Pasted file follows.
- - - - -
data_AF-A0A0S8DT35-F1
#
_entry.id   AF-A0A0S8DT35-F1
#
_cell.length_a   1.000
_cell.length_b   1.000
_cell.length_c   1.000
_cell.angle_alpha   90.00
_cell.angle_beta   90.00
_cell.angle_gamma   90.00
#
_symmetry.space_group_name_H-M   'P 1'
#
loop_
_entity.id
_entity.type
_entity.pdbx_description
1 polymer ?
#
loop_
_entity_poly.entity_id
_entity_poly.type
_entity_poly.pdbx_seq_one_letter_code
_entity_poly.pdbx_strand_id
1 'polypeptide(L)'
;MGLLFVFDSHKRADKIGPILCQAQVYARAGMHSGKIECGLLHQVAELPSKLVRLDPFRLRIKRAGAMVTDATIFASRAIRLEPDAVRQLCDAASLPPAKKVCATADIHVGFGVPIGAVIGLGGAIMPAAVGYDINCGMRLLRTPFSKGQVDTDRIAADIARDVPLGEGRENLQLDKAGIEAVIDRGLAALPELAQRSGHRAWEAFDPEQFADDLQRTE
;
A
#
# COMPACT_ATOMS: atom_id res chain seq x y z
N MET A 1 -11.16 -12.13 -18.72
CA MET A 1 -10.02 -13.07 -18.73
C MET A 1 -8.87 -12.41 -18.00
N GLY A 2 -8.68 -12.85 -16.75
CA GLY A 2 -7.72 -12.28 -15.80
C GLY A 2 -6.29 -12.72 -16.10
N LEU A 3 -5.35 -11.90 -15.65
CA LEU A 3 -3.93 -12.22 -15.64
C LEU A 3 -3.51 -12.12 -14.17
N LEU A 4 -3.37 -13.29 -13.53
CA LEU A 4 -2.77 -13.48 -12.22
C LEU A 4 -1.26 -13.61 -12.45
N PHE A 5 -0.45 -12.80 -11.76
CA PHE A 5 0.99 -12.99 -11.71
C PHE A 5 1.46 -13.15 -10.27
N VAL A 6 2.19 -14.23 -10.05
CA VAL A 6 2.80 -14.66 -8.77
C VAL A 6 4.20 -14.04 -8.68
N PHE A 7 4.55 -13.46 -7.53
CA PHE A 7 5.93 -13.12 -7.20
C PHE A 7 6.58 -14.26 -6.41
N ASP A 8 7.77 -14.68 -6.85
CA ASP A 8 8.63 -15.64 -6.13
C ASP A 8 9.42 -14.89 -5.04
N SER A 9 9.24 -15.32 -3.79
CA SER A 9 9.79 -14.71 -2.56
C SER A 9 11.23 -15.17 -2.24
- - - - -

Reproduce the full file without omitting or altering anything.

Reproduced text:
data_AF-A0A0S8DT35-F1
#
_entry.id   AF-A0A0S8DT35-F1
#
_cell.length_a   1.000
_cell.length_b   1.000
_cell.length_c   1.000
_cell.angle_alpha   90.00
_cell.angle_beta   90.00
_cell.angle_gamma   90.00
#
_symmetry.space_group_name_H-M   'P 1'
#
loop_
_entity.id
_entity.type
_entity.pdbx_description
1 polymer ?
#
loop_
_entity_poly.entity_id
_entity_poly.type
_entity_poly.pdbx_seq_one_letter_code
_entity_poly.pdbx_strand_id
1 'polypeptide(L)'
;MGLLFVFDSHKRADKIGPILCQAQVYARAGMHSGKIECGLLHQVAELPSKLVRLDPFRLRIKRAGAMVTDATIFASRAIRLEPDAVRQLCDAASLPPAKKVCATADIHVGFGVPIGAVIGLGGAIMPAAVGYDINCGMRLLRTPFSKGQVDTDRIAADIARDVPLGEGRENLQLDKAGIEAVIDRGLAALPELAQRSGHRAWEAFDPEQFADDLQRTE
;
A
#
# COMPACT_ATOMS: atom_id res chain seq x y z
N MET A 1 -11.16 -12.13 -18.72
CA MET A 1 -10.02 -13.07 -18.73
C MET A 1 -8.87 -12.41 -18.00
N GLY A 2 -8.68 -12.85 -16.75
CA GLY A 2 -7.72 -12.28 -15.80
C GLY A 2 -6.29 -12.72 -16.10
N LEU A 3 -5.35 -11.90 -15.65
CA LEU A 3 -3.93 -12.22 -15.64
C LEU A 3 -3.51 -12.12 -14.17
N LEU A 4 -3.37 -13.29 -13.53
CA LEU A 4 -2.77 -13.48 -12.22
C LEU A 4 -1.26 -13.61 -12.45
N PHE A 5 -0.45 -12.80 -11.76
CA PHE A 5 0.99 -12.99 -11.71
C PHE A 5 1.46 -13.15 -10.27
N VAL A 6 2.19 -14.23 -10.05
CA VAL A 6 2.80 -14.66 -8.77
C VAL A 6 4.20 -14.04 -8.68
N PHE A 7 4.55 -13.46 -7.53
CA PHE A 7 5.93 -13.12 -7.20
C PHE A 7 6.58 -14.26 -6.41
N ASP A 8 7.77 -14.68 -6.85
CA ASP A 8 8.63 -15.64 -6.13
C ASP A 8 9.42 -14.89 -5.04
N SER A 9 9.24 -15.32 -3.79
CA SER A 9 9.79 -14.71 -2.56
C SER A 9 11.23 -15.17 -2.24